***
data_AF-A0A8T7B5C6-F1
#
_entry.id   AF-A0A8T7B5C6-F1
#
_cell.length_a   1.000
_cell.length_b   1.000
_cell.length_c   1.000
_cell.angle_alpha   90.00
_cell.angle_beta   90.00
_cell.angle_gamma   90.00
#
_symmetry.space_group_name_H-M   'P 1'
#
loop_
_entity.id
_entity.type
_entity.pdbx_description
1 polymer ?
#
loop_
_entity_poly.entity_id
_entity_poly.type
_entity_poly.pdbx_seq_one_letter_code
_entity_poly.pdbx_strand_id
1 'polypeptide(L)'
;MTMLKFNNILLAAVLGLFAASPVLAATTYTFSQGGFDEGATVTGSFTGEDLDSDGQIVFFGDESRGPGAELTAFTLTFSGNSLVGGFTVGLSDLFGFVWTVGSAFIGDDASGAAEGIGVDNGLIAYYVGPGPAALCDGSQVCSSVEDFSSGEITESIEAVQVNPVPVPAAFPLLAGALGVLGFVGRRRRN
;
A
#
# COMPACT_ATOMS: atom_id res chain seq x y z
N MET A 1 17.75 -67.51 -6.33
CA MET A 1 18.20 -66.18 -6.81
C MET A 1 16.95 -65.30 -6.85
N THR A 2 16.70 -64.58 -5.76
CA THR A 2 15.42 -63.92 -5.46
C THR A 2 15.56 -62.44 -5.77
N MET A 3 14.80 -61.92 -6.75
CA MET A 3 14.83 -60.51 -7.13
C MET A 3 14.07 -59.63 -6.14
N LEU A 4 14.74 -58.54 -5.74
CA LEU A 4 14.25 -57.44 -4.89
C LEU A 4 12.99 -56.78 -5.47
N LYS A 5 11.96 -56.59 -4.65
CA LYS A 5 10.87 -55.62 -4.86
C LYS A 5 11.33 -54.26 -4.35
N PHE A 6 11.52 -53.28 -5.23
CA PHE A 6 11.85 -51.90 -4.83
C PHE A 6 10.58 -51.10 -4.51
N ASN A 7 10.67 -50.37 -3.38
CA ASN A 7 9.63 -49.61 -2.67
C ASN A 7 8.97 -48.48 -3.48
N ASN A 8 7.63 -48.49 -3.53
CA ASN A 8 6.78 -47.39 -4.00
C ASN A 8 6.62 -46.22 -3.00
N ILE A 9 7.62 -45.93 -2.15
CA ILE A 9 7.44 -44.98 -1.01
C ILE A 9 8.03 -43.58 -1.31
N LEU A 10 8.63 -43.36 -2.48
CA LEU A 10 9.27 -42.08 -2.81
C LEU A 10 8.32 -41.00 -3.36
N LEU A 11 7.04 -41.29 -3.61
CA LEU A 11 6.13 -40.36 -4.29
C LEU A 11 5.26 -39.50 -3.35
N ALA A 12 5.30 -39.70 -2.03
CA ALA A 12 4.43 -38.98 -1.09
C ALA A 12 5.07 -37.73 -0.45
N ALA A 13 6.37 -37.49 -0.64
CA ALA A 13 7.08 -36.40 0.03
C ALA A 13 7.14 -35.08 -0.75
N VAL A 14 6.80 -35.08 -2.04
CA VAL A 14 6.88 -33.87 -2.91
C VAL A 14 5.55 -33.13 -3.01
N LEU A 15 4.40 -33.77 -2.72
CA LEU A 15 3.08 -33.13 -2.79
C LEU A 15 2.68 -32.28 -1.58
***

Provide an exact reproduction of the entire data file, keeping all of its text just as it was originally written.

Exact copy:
data_AF-A0A8T7B5C6-F1
#
_entry.id   AF-A0A8T7B5C6-F1
#
_cell.length_a   1.000
_cell.length_b   1.000
_cell.length_c   1.000
_cell.angle_alpha   90.00
_cell.angle_beta   90.00
_cell.angle_gamma   90.00
#
_symmetry.space_group_name_H-M   'P 1'
#
loop_
_entity.id
_entity.type
_entity.pdbx_description
1 polymer ?
#
loop_
_entity_poly.entity_id
_entity_poly.type
_entity_poly.pdbx_seq_one_letter_code
_entity_poly.pdbx_strand_id
1 'polypeptide(L)'
;MTMLKFNNILLAAVLGLFAASPVLAATTYTFSQGGFDEGATVTGSFTGEDLDSDGQIVFFGDESRGPGAELTAFTLTFSGNSLVGGFTVGLSDLFGFVWTVGSAFIGDDASGAAEGIGVDNGLIAYYVGPGPAALCDGSQVCSSVEDFSSGEITESIEAVQVNPVPVPAAFPLLAGALGVLGFVGRRRRN
;
A
#
# COMPACT_ATOMS: atom_id res chain seq x y z
N MET A 1 17.75 -67.51 -6.33
CA MET A 1 18.20 -66.18 -6.81
C MET A 1 16.95 -65.30 -6.85
N THR A 2 16.70 -64.58 -5.76
CA THR A 2 15.42 -63.92 -5.46
C THR A 2 15.56 -62.44 -5.77
N MET A 3 14.80 -61.92 -6.75
CA MET A 3 14.83 -60.51 -7.13
C MET A 3 14.07 -59.63 -6.14
N LEU A 4 14.74 -58.54 -5.74
CA LEU A 4 14.25 -57.44 -4.89
C LEU A 4 12.99 -56.78 -5.47
N LYS A 5 11.96 -56.59 -4.65
CA LYS A 5 10.87 -55.62 -4.86
C LYS A 5 11.33 -54.26 -4.35
N PHE A 6 11.52 -53.28 -5.23
CA PHE A 6 11.85 -51.90 -4.83
C PHE A 6 10.58 -51.10 -4.51
N ASN A 7 10.67 -50.37 -3.38
CA ASN A 7 9.63 -49.61 -2.67
C ASN A 7 8.97 -48.48 -3.48
N ASN A 8 7.63 -48.49 -3.53
CA ASN A 8 6.78 -47.39 -4.00
C ASN A 8 6.62 -46.22 -3.00
N ILE A 9 7.62 -45.93 -2.15
CA ILE A 9 7.44 -44.98 -1.01
C ILE A 9 8.03 -43.58 -1.31
N LEU A 10 8.63 -43.36 -2.48
CA LEU A 10 9.27 -42.08 -2.81
C LEU A 10 8.32 -41.00 -3.36
N LEU A 11 7.04 -41.29 -3.61
CA LEU A 11 6.13 -40.36 -4.29
C LEU A 11 5.26 -39.50 -3.35
N ALA A 12 5.30 -39.70 -2.03
CA ALA A 12 4.43 -38.98 -1.09
C ALA A 12 5.07 -37.73 -0.45
N ALA A 13 6.37 -37.49 -0.64
CA ALA A 13 7.08 -36.40 0.03
C ALA A 13 7.14 -35.08 -0.75
N VAL A 14 6.80 -35.08 -2.04
CA VAL A 14 6.88 -33.87 -2.91
C VAL A 14 5.55 -33.13 -3.01
N LEU A 15 4.40 -33.77 -2.72
CA LEU A 15 3.08 -33.13 -2.79
C LEU A 15 2.68 -32.28 -1.58